The mother appealing the parentage order in R.M. v. J.J. (D3 Apr. 29, 2022 no. C090018) 2022 WL 1301801 (nonpub. opn.) had a solid issue on appeal: her ex-husband had made frequent angry outbursts and hostile gesticulations throughout the day-long hearing. The mother thought this display of her ex-husband’s rather obvious need of anger management confirmed that giving him custody of a young child was not in the child’s best interests. But the trial court refused to consider the ex-husband’s outbursts. This admitted refusal to consider these angry outbursts, mother argued, was an abuse of discretion.
But the Court of Appeal held: Outbursts? What outbursts? We see no record of any outbursts. Order affirmed.
You see, when you appeal, you have to show the Court of Appeal what happened during the trial court proceedings. The best way to do that is to have a court reporter transcribe every word of the proceedings. But that is expensive. Acknowledging this expense, the rules give financially-constrained litigants another way to provide an appellate record. This alternative is called a settled statement.
But in this case, the settled statement became a heavily-litigated affair, resulting in a version expurgated of the matters relevant to the mother’s appeal. In short, the worst of both worlds.
“A settled statement is a summary of the superior court proceedings approved by the superior court.” (Rule 8.137(a).)
An appellant's proposed statement must “[c]ontain a statement of the points the appellant is raising on appeal” and “[c]ontain a condensed narrative of the oral proceedings.” (Rule 8.137(d)(1) & (2).) The latter must include “a concise factual summary of the evidence and the testimony of each witness relevant to the points that the appellant states ... are being raised on appeal.” (Rule 8.137(d)(2)(A).) The respondent may file proposed amendments in response to appellant's proposed statement. (Rule 8.137(e)(1).) As apparently occurred here, the trial court may “[m]ake any corrections or modifications to the statement necessary to ensure that it is an accurate summary of the evidence and the testimony of each witness relevant to the points that the appellant states ... are being raised on appeal.” (Rule 8.137(f)(3)(B)(i).) “ ‘As long as the trial judge does not act in an arbitrary fashion he has full and complete power over such a record.’ ” (Marks v. Superior Court (2002) 27 Cal.4th 176, 195.) “Nevertheless, ‘under the rules it is the duty of the trial court to settle a proposed statement, not to make one.’ ” (Ibid.)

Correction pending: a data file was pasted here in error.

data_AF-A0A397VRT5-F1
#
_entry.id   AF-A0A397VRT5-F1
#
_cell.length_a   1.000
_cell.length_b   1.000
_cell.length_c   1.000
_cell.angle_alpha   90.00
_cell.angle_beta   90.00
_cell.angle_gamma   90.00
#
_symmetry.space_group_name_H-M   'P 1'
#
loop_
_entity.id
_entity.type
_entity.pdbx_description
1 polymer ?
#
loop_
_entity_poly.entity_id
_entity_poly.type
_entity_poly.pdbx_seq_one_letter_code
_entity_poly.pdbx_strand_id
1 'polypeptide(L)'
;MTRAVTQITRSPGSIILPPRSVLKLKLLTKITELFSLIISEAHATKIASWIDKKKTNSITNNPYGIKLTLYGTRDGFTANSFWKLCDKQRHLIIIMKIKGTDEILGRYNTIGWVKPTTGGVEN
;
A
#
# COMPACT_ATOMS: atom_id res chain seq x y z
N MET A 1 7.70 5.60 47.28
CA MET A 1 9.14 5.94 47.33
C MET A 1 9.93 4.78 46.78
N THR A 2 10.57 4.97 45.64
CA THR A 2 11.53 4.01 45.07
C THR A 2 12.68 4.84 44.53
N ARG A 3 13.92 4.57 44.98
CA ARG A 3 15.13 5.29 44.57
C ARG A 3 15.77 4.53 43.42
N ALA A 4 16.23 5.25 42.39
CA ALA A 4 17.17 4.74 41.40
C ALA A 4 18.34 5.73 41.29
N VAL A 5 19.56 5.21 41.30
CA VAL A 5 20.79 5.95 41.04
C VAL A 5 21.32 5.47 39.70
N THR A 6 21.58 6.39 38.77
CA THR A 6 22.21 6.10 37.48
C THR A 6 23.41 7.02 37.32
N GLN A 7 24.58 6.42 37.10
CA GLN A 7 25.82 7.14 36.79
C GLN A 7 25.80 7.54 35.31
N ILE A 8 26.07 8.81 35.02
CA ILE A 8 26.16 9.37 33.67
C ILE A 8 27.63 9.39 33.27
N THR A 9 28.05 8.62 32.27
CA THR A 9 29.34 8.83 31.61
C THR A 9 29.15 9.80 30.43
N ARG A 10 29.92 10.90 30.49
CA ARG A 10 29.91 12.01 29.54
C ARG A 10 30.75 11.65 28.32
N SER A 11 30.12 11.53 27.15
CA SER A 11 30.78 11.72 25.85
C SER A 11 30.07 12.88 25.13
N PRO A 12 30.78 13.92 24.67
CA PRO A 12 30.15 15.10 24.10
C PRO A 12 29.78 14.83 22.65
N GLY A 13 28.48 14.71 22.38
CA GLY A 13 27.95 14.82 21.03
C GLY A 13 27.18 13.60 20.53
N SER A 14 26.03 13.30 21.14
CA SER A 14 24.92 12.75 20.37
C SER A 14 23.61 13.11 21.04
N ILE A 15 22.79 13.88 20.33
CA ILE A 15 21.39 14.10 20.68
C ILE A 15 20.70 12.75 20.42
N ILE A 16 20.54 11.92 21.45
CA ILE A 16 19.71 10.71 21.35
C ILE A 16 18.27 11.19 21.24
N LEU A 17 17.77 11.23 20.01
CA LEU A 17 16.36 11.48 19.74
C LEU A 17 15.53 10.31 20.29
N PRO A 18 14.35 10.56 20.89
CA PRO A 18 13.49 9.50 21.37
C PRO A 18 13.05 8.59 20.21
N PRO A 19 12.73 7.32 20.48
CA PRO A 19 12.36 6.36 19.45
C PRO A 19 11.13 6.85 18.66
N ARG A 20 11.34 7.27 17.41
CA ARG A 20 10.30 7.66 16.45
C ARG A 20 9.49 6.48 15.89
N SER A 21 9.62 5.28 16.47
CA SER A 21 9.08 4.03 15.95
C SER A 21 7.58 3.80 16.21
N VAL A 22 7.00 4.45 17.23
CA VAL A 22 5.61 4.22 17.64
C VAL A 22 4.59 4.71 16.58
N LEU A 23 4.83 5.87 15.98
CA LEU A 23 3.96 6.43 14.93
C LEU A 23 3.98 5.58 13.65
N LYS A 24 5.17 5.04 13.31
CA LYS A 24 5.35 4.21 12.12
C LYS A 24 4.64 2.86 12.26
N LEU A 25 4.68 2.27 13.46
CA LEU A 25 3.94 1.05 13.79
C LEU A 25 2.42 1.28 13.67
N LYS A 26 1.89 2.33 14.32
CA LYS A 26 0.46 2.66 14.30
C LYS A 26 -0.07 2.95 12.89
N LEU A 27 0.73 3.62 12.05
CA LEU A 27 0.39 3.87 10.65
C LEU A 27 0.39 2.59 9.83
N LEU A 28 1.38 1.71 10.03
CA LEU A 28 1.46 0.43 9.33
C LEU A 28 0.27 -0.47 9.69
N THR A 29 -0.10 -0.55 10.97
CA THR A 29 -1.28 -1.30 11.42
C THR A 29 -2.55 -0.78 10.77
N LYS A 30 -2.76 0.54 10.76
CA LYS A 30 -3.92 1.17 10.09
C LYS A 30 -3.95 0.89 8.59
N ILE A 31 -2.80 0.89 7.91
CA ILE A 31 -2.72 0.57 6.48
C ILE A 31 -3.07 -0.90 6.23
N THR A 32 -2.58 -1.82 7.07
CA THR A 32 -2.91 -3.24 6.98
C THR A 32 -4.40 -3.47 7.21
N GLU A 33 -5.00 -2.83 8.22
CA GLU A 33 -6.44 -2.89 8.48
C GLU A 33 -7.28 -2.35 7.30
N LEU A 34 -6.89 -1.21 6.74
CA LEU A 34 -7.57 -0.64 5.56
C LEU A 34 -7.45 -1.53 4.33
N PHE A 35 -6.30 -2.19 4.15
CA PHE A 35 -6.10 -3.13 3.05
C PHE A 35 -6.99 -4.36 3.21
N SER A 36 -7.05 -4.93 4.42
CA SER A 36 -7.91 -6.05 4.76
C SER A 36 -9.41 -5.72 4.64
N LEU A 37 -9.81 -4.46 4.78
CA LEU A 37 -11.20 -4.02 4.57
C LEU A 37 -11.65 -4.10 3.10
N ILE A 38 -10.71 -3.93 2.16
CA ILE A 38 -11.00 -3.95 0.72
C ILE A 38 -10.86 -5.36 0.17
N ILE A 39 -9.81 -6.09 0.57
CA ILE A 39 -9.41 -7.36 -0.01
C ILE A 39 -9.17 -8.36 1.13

The mother tried to use a settled statement here. The mother filed a motion for a settled statement, explaining the issues on appeal, and including a proposed narrative of the oral proceedings that included the outbursts.
At the hearing, the trial court indicated it did not think the outbursts were relevant. The mother explained her position that, yes, the outbursts were indeed relevant, and that this was the very issue she was asking the Court of Appeal to decide.
The trial court removed the outbursts from the settled statement. The mother objected, attaching a declaration reiterating the outbursts that she wanted included in the settled statement. But to no avail.
First, the mother filed a writ petition asking the Court of Appeal to direct the trial court to include the outbursts in the settled statement. The mother’s argument involved two basic points of appellate procedure:
First, the mother argued that a trial court does not get to decide which issues are considered by the court of appeal. (Rhue v. Superior Court (2017) 17 Cal.App.5th 892, 896 (“Rhue”).)
Second, the mother argued the trial court may not use the power of the record-setting process to conform the record to support its own ruling. (Stevens v. Superior Court In and For City and County of San Francisco (1958) 160 Cal.App.2d 264, 269 (“Stevens”).
Following from these two procedural points, the mother reasoned the trial court may not expurgate matters from a settled statement simply because the trial court disagrees that the matters are relevant to the appeal, because what issues may be raised on appeal are simply beyond the purview of the trial court.
But the Court of Appeal summarily denied that petition.